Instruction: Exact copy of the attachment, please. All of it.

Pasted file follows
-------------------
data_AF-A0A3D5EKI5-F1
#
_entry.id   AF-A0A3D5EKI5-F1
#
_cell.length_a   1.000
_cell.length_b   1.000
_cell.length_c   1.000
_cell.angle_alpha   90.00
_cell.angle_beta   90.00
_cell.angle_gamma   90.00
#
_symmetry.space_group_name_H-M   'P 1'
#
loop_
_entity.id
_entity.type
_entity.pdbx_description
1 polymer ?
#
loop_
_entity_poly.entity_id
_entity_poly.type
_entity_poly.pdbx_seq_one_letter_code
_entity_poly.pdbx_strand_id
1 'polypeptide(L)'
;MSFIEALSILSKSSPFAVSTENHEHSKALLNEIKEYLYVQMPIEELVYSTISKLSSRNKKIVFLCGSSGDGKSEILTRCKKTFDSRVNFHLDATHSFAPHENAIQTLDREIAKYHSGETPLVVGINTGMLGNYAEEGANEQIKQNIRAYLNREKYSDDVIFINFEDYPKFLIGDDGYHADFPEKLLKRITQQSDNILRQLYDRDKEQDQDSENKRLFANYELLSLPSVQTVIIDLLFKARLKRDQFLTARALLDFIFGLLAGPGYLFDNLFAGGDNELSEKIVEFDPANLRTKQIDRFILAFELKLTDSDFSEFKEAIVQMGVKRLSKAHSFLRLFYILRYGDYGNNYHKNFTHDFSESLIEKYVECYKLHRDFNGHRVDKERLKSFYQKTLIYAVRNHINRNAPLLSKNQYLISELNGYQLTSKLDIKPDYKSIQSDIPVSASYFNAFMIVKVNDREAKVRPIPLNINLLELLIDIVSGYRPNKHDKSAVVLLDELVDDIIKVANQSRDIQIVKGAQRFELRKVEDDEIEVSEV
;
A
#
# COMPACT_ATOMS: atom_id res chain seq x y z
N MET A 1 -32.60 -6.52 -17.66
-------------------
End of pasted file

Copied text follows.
data_AF-A0A3D5EKI5-F1
#
_entry.id   AF-A0A3D5EKI5-F1
#
_cell.length_a   1.000
_cell.length_b   1.000
_cell.length_c   1.000
_cell.angle_alpha   90.00
_cell.angle_beta   90.00
_cell.angle_gamma   90.00
#
_symmetry.space_group_name_H-M   'P 1'
#
loop_
_entity.id
_entity.type
_entity.pdbx_description
1 polymer ?
#
loop_
_entity_poly.entity_id
_entity_poly.type
_entity_poly.pdbx_seq_one_letter_code
_entity_poly.pdbx_strand_id
1 'polypeptide(L)'
;MSFIEALSILSKSSPFAVSTENHEHSKALLNEIKEYLYVQMPIEELVYSTISKLSSRNKKIVFLCGSSGDGKSEILTRCKKTFDSRVNFHLDATHSFAPHENAIQTLDREIAKYHSGETPLVVGINTGMLGNYAEEGANEQIKQNIRAYLNREKYSDDVIFINFEDYPKFLIGDDGYHADFPEKLLKRITQQSDNILRQLYDRDKEQDQDSENKRLFANYELLSLPSVQTVIIDLLFKARLKRDQFLTARALLDFIFGLLAGPGYLFDNLFAGGDNELSEKIVEFDPANLRTKQIDRFILAFELKLTDSDFSEFKEAIVQMGVKRLSKAHSFLRLFYILRYGDYGNNYHKNFTHDFSESLIEKYVECYKLHRDFNGHRVDKERLKSFYQKTLIYAVRNHINRNAPLLSKNQYLISELNGYQLTSKLDIKPDYKSIQSDIPVSASYFNAFMIVKVNDREAKVRPIPLNINLLELLIDIVSGYRPNKHDKSAVVLLDELVDDIIKVANQSRDIQIVKGAQRFELRKVEDDEIEVSEV
;
A
#
# COMPACT_ATOMS: atom_id res chain seq x y z
N MET A 1 -32.60 -6.52 -17.66